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The Fan Engagement Pod

A new conversation about Fan Engagement

Each week we hear from an expert in Fan Engagement, or someone who brings insight to the subject. Hosted by Kevin Rye.Don't forget to join the Fan Engagement Network at https://faninsights.co.uk/network/joinTheme music:
11/10/2020

Special: Paul Musa from What The Footie & Kevin Rye, Fan Insights

Season 1, Ep. 24
Welcome to Episode 24 of the Fan Engagement Pod, and this is a bit of a special: it’s a pretty free-ranging conversation between myself and Paul Musa, who runs the What the Footie podcast, with this episode published by both What the Footie, and the Fan Insights Fan Engagement Pod.Paul’s podcast was set up to help crack open some of the secrets in the game, and is worth a listen: he looks at loads of issues around player trading, club ownership, finance, governance, and broadcasting - a real mixture.Paul’s podcast series clearly reflects him as a person with an eclectic background, and it’s worth taking a look at his LinkedIn page to see what he’s been up to for the last few years, including a recent move into law, as well as the Young Entrepreneurs Foundation. His LinkedIn page is below in the Episode Links.We touch on a lot of Fan Engagement issues such as the 50%+1 rule, the role of supporters’ trusts, who does Fan Engagement well, as well as project Big Picture, Fulham’s player trading, Premflix and on-demand services and how the FA does and doesn’t get involved in regulating clubs.I really enjoyed this episode, which you can tell I’m sure, so have a listen.Don’t forget you can join the Fan Engagement Network at faninsights.co.uk/network/join We’re introducing some exclusive member services soon.Episode Links:What the Footie podcast: https://podcasts.apple.com/gb/podcast/what-the-footie-podcast/id1497422772Paul Musa’s LinkedIn page: https://www.linkedin.com/in/paul-musa-a6a958105/
11/3/2020

Football Activism with Niall Couper, Amnesty International & AFC Wimbledon

Season 1, Ep. 23
We return this episode to football activism, in a chat with Niall Couper, Head of Media, PR and Supporter Communications for Amnesty International UK, playing an important role to promote activism in the UK.It’s critical for anyone running a club or working in football in a Fan Engagement role to understand how activists think and work, which make this, and Episode 6, with Fulham, Spurs and Liverpool activists, required listening. The word ‘activist’ can make some people quite uncomfortable, and that’s why understanding that they’re just people, like you and me, who decide to do something to change a situation is so important.Aside from being a former sports journalist at the Independent, Niall is also something of a football activist. A Wimbledon fan, he ran the media campaign for the Plough Lane Bond earlier this year that raised £5.5m in a matter of weeks, completing Wimbledon’s new stadium at Plough Lane. He also co-founded and ran the alternative programme, Yellow & Blue, which Wimbledon fans published during their campaign against being franchised to Milton Keynes in 2001/2002, outselling the official programme by a reputed 3-1.We talk about how you don’t change people’s minds by shouting, how football fans are not outsiders, and how you should never be scared of taking on the big boys. We also touch, briefly, on Amnesty’s work around the attempted takeover of Newcastle United by a Saudi consortium.Don’t forget you can join the Fan Engagement Network at faninsights.co.uk/network/join We’re introducing some exclusive member services soon.Episode Links: The Plough Lane Bond: https://ploughlanebond.com/Introducing Yellow and Blue, the alternative matchday programme for Wimbledon fans (2002): https://www.theguardian.com/football/2001/sep/06/footballfanzines.sport1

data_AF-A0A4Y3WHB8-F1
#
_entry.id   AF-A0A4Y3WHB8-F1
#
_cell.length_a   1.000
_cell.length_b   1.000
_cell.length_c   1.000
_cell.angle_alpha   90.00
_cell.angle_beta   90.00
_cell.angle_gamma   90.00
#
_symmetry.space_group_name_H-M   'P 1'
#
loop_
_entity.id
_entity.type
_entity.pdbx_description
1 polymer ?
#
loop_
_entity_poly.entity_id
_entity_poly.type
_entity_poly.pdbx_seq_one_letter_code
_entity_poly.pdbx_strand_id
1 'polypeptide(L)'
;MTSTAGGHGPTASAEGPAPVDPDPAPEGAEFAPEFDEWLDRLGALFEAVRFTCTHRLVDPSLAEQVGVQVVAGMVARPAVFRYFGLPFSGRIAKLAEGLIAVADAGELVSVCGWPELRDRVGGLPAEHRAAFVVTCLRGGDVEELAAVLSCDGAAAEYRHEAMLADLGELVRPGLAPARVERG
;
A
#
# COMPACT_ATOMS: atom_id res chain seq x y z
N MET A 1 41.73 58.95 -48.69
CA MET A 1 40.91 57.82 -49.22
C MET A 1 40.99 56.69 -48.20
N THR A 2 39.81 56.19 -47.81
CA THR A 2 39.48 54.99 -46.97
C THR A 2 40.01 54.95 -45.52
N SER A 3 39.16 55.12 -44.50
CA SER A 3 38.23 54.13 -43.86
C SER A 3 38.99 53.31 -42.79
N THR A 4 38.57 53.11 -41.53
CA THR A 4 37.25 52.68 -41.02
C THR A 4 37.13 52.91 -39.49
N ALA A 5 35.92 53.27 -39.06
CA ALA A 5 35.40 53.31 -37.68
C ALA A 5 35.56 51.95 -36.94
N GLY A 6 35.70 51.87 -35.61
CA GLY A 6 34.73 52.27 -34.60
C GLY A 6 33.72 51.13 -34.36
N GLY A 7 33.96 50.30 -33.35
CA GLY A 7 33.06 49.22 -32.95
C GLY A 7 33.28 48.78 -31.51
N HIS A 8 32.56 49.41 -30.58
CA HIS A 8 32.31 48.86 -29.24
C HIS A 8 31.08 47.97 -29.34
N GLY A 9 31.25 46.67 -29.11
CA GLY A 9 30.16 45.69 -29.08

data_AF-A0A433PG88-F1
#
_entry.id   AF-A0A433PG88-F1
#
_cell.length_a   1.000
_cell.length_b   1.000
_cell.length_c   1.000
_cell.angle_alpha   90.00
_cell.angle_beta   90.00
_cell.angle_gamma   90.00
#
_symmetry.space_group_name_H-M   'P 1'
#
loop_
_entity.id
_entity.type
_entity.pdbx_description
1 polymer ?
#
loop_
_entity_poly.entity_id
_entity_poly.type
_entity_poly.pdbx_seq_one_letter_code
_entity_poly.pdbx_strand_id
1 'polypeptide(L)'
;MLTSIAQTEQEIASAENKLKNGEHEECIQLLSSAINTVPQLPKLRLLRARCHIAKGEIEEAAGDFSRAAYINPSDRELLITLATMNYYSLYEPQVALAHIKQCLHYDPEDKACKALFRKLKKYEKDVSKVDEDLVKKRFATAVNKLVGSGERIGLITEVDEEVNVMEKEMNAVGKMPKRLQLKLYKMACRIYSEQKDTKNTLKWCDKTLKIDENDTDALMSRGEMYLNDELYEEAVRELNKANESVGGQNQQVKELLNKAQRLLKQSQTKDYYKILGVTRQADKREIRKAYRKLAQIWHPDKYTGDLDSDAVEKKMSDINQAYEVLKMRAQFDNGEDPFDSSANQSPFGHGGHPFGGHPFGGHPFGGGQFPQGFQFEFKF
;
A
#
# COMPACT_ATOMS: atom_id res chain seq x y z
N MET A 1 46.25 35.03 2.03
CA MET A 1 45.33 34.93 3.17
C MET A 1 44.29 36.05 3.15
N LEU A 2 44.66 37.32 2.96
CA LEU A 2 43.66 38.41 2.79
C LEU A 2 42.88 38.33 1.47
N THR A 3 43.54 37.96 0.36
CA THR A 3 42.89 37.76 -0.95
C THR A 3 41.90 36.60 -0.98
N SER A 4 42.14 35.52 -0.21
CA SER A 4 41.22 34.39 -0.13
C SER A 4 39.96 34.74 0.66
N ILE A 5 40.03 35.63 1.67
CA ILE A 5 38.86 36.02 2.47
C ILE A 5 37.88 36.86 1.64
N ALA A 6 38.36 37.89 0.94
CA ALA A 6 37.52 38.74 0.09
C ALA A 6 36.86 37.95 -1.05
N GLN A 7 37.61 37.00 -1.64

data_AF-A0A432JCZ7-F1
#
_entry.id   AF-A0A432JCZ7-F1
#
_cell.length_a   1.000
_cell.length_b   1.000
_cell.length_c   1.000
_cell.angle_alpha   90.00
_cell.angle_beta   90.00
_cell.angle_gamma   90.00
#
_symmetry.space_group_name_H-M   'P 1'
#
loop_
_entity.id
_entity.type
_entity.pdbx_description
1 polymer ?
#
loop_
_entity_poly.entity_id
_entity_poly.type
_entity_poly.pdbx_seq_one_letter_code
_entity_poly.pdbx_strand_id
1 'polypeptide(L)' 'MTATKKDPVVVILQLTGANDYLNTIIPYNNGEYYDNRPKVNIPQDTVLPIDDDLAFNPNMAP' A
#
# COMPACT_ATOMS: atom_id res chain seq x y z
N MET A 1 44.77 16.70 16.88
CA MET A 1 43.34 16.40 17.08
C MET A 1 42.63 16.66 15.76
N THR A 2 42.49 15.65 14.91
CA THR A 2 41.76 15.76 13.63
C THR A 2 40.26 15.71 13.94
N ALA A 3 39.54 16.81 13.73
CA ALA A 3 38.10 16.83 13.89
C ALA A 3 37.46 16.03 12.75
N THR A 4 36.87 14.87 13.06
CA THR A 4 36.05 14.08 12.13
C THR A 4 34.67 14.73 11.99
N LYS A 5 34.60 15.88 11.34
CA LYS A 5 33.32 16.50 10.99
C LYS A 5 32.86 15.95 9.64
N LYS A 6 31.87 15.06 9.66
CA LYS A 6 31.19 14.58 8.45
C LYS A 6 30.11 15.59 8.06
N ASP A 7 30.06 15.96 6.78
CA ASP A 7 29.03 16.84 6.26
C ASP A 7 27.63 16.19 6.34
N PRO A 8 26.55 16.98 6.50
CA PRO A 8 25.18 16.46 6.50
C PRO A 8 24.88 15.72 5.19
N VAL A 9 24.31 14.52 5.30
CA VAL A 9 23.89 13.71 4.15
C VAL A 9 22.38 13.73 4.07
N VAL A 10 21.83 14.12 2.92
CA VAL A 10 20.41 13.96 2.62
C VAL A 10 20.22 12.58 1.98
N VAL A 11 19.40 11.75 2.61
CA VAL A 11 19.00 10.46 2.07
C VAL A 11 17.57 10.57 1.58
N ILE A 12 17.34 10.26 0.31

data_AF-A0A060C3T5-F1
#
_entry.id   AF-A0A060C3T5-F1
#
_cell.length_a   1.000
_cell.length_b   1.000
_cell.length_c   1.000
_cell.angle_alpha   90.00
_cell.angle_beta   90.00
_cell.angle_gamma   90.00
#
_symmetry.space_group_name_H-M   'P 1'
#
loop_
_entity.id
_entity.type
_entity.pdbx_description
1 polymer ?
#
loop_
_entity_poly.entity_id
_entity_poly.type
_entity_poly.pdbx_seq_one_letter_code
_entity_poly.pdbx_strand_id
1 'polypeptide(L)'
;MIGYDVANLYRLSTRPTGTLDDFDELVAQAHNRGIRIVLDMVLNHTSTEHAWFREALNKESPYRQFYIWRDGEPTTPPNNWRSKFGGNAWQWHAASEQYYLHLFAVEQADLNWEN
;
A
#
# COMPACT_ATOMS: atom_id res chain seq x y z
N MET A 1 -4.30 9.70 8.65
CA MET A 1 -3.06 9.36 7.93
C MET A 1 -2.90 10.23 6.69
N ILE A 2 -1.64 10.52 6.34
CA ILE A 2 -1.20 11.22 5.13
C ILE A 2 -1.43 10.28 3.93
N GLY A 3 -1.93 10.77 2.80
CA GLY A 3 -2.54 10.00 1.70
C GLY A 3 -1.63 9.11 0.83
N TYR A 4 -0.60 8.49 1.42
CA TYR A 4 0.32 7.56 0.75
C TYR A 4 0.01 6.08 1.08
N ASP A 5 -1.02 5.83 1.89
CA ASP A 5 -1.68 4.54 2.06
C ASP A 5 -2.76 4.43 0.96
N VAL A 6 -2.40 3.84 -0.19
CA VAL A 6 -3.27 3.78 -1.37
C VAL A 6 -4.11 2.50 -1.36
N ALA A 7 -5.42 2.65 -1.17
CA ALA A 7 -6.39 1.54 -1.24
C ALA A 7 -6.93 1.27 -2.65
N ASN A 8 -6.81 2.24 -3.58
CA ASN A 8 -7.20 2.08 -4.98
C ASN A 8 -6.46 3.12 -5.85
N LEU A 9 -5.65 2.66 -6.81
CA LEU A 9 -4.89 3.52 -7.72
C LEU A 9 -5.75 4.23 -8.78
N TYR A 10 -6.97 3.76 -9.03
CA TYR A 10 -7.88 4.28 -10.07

10/27/2020

No nonsense Fan Engagement with Julian Tagg, President, Exeter City FC

Season 1, Ep. 22
Episode 22 of the Fan Engagement Pod is with Julian Tagg, Club President and Director of External Affairs at Exeter City FC - the club that finished top of the first Fan Engagement Index in 2019. The 2020 edition will be out in the next couple of months.He talks about the challenge of operating what are in effect several businesses in one, resilience, whilst keeping fans involved and committed. Although their fan-ownership model is of course critical to their culture, they do I think they share similar characteristics with other clubs like Norwich City, because of their culture of Fan Engagement and involvement in decision making, something that has been as critical in keeping the show on the road during some quite difficult times.I had a lot of fun recording this, as we really dug into the way that Exeter do things. Fan-owned since 2003, in my view they have avoided a lot of the pitfalls of other fan-owned clubs, and learned a huge amount from their own mistakes - and those of other clubs - and grown up as a result. They project a sense of confidence, determination, but with modesty. I think all clubs, from Premier League or National League, could do a lot worse than spend time talking to them.Julian’s a hugely impressive character, and his expertise in Sports Psychology has undoubtedly played a big part in what he does and how he approaches things - particularly relationships with fans. He’s held the roles of Chairman and CEO, as well as his current role.Don’t forget you can join the Fan Engagement Network at faninsights.co.uk/network/join We’re introducing some exclusive member services soon.Episode Links: Fan Engagement during Covid19